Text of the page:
Walking and Trekking in the Gran Paradiso
Alta Via 2 trek and 28 day walks
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This guidebook presents 28 day walks in the Gran Paradiso National Park in the Italian Alps south of Mont Blanc, and the 12-day Alta Via 2 trek. The Alta Via covers over 148km of rugged mountains and valleys between Chardonnay and Courmayeur. The graded walks vary from 2 to 33km and range from easy paths to routes for the experienced alpine walker.
- The summer months - late June to late September - are the time to go. That's when the mountain huts are open, providing meals and accommodation for trekkers. However, outside that period the valley villages can be used as a comfortable base for day routes
- Cogne, Rhêmes-Notre-Dame, Pont Valsavarenche, Valgrisenche, La Thuile, Chardonney, Ceresole Reale, Ronco Canavese
- The walks are all graded for difficulty - ranging from straightforward paths to high and exposed routes for experienced alpine walkers. No special equipment is needed
- Must See
- Alta Via 2 trek through the Gran Paradiso National Park, parallel to the Aosta valley. Glittering glacial lakes, old royal hunting trails, ascent of Becca della Traversiere, Punta Basei, belvederes onto Mont Blanc, the trad southern valleys and Ceresole Reale
A guidebook to walking in the Gran Paradiso National Park in the Italian Alps, describing the 12-stage Alta Via 2 trek between Cormayeur and Chardonnay, and 28 walks ranging from 2 to 33km, as well as suggestions for combining routes into long-distance hikes. The Gran Paradiso sits in the Valle d'Aosta, in northwestern Italy, a region verging on pristine wilderness. Views of Mont Blanc, Monte Rosa and the Matterhorn ranges can be seen from routes in this guide. The guidebook provides plenty of practical information on getting to and around the Gran Paradiso, as well as advice on accommodation, language, equipment, planning and how to make the most out of any adventure in one of Italy's most spectacular national parks. A wealth of detail on points of interest walkers can explore, as well as information on wildlife, history, geology and flowers is also included. Despite its attractions, the park is relatively undiscovered. Walkers can often enjoy unforgettable days on excellent trails through spectacular valleys all to themselves, even at the height of the summer season. The itineraries explore highlights and special places to whet walking appetites.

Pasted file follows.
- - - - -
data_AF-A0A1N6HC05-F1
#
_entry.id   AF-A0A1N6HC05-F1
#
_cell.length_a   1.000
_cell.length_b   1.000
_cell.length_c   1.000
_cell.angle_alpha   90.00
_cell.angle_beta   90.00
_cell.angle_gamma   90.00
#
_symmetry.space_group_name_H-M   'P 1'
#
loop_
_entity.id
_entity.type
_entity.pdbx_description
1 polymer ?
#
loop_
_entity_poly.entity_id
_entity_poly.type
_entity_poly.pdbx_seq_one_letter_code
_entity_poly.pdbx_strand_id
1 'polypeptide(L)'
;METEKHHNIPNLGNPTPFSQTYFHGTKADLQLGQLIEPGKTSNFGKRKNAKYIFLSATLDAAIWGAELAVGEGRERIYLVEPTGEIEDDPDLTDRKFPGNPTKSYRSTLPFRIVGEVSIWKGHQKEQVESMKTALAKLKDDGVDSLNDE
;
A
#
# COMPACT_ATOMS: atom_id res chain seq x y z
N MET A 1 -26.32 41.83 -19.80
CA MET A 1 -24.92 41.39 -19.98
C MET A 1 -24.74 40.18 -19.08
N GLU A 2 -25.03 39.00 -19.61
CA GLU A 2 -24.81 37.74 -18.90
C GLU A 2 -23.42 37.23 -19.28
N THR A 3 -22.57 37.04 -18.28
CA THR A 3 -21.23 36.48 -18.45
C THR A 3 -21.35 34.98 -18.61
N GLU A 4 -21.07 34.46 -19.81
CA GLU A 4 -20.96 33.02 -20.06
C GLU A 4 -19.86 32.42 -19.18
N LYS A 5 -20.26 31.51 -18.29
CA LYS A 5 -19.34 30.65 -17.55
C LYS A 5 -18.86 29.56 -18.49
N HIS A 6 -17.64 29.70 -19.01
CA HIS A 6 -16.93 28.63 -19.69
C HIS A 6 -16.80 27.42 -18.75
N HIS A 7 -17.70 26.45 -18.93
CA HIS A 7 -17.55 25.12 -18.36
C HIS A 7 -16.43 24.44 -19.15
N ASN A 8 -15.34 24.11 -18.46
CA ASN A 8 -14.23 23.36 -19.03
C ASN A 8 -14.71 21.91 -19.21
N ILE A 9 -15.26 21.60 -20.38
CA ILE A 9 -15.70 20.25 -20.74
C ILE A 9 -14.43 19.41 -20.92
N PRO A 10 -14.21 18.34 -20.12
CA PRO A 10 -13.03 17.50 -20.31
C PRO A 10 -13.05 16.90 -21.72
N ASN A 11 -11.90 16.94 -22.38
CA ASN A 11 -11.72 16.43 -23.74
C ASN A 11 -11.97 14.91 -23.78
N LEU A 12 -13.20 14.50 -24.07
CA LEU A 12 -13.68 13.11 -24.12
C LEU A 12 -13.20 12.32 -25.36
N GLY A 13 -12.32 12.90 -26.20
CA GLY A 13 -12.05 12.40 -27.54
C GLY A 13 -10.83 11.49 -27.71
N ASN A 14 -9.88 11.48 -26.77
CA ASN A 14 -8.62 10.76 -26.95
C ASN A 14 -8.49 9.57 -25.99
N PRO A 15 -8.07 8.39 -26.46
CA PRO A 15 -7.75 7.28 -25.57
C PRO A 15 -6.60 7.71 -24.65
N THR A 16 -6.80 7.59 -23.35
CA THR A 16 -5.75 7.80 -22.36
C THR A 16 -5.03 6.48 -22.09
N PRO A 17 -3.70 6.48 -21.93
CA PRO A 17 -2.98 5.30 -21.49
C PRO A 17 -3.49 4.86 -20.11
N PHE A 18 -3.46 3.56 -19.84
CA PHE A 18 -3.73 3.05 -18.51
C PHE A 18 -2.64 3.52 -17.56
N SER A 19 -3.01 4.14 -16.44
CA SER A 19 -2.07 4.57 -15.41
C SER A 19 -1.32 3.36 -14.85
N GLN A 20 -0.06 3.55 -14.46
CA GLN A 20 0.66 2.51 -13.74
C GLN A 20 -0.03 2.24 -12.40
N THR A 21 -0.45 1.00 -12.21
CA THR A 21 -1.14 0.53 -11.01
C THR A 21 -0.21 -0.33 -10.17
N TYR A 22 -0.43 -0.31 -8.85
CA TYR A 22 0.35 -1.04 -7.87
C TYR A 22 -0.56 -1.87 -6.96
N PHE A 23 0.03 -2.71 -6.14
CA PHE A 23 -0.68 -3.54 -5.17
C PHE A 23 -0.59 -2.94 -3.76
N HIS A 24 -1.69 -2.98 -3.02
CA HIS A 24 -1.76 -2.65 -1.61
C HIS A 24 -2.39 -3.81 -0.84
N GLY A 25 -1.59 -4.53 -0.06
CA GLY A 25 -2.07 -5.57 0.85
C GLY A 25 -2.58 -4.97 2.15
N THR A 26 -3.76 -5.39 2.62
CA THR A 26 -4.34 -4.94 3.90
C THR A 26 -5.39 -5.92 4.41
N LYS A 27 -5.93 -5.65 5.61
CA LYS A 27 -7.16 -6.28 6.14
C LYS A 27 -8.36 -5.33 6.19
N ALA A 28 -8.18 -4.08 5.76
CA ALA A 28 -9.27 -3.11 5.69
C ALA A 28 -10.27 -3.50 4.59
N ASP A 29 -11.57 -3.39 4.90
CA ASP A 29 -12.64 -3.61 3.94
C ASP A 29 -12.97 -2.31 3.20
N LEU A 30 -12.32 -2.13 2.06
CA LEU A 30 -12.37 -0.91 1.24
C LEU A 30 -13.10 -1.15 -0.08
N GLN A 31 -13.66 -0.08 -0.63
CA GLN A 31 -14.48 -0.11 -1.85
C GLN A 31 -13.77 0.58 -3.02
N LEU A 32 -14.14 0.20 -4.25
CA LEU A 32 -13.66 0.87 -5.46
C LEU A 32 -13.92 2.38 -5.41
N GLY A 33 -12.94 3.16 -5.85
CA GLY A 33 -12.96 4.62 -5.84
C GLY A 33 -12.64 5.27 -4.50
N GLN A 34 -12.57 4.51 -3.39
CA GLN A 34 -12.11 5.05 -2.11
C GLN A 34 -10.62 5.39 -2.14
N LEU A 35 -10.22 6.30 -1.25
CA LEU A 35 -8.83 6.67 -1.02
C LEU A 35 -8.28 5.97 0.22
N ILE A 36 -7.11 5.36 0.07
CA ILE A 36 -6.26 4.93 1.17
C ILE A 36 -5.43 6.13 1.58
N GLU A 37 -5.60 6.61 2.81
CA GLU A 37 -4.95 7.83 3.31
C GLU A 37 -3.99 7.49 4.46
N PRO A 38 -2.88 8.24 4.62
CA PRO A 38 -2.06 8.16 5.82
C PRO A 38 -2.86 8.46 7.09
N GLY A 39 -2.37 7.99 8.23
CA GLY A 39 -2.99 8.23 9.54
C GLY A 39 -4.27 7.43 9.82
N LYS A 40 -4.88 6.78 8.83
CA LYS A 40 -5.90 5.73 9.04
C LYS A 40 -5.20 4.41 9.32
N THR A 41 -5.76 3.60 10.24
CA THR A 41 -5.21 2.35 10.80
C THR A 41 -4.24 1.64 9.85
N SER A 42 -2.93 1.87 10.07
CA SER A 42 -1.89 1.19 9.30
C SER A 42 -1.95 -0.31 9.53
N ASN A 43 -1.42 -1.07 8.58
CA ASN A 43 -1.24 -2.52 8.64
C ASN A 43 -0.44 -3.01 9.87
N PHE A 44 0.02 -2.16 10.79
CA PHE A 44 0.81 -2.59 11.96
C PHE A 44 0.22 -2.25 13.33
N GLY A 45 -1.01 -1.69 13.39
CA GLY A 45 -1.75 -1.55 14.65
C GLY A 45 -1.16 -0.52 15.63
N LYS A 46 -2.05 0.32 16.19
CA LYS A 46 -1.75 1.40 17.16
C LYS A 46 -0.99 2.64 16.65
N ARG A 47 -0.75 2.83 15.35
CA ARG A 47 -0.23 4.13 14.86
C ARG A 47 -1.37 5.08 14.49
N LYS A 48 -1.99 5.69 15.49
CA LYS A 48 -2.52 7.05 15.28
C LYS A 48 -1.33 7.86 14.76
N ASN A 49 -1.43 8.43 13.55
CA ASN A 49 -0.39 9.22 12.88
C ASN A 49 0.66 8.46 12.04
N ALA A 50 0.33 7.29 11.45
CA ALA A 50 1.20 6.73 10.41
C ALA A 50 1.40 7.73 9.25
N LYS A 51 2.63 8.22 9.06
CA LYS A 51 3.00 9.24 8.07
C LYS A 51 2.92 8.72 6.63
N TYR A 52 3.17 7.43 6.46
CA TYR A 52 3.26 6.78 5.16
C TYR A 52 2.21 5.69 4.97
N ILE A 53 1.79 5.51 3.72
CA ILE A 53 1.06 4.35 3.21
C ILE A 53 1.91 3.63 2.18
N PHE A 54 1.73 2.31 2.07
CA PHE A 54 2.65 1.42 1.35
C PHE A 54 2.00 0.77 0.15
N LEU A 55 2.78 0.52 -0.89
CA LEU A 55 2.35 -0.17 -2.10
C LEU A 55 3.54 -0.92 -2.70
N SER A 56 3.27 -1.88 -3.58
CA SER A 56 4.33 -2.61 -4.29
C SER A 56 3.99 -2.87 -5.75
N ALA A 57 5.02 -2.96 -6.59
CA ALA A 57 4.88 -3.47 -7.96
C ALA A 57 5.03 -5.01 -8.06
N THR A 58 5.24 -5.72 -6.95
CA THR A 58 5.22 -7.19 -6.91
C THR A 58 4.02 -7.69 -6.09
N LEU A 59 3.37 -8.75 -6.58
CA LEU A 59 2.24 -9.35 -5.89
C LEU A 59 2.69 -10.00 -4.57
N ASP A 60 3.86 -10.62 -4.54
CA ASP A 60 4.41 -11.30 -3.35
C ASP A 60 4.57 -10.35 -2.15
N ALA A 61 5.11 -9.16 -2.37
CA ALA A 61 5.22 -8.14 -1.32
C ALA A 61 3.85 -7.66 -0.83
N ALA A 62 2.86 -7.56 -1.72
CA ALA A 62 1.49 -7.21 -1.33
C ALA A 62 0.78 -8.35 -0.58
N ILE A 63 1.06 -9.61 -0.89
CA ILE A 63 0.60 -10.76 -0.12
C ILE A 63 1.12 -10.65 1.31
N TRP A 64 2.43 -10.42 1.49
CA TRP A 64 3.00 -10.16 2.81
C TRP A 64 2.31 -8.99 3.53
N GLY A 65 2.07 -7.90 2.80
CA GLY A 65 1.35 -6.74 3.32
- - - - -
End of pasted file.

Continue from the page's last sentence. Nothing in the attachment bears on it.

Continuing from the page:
The Gran Paradiso National Park
Valleys and bases
When to go
How to use this book
Dos and don'ts
Mountaineering and guides
What to take
Alta Via 2
Stage 1 Chardonney to Rifugio Dondena
Stage 2 Rifugio Dondena to Rifugio Péradzà
Stage 3 Rifugio Péradzà to Cogne
Stage 4 Cogne to Rifugio Vittorio Sella
Stage 5 Rifugio Vittorio Sella to Eaux Rousses
Stage 6 Eaux Rousses to Rhêmes-Notre-Dame
Stage 7 Rhêmes-Notre-Dame to Rifugio Chalet de l'Epée
Stage 8 Rifugio Chalet de l'Epée to Planaval
Stage 9 Planaval to La Haut
Stage 10 La Haut to La Thuile
Stage 11 La Thuile to Rifugio Elisabetta Soldini
Stage 12 Rifugio Elisabetta Soldini to Courmayeur
1 The Lillaz Waterfalls
2 Lago di Loie
3 The Money Glacier Terrace
4 The Casolari dell'Herbetet Traverse
5 Punta Pousset – the local ‘Gornergrat’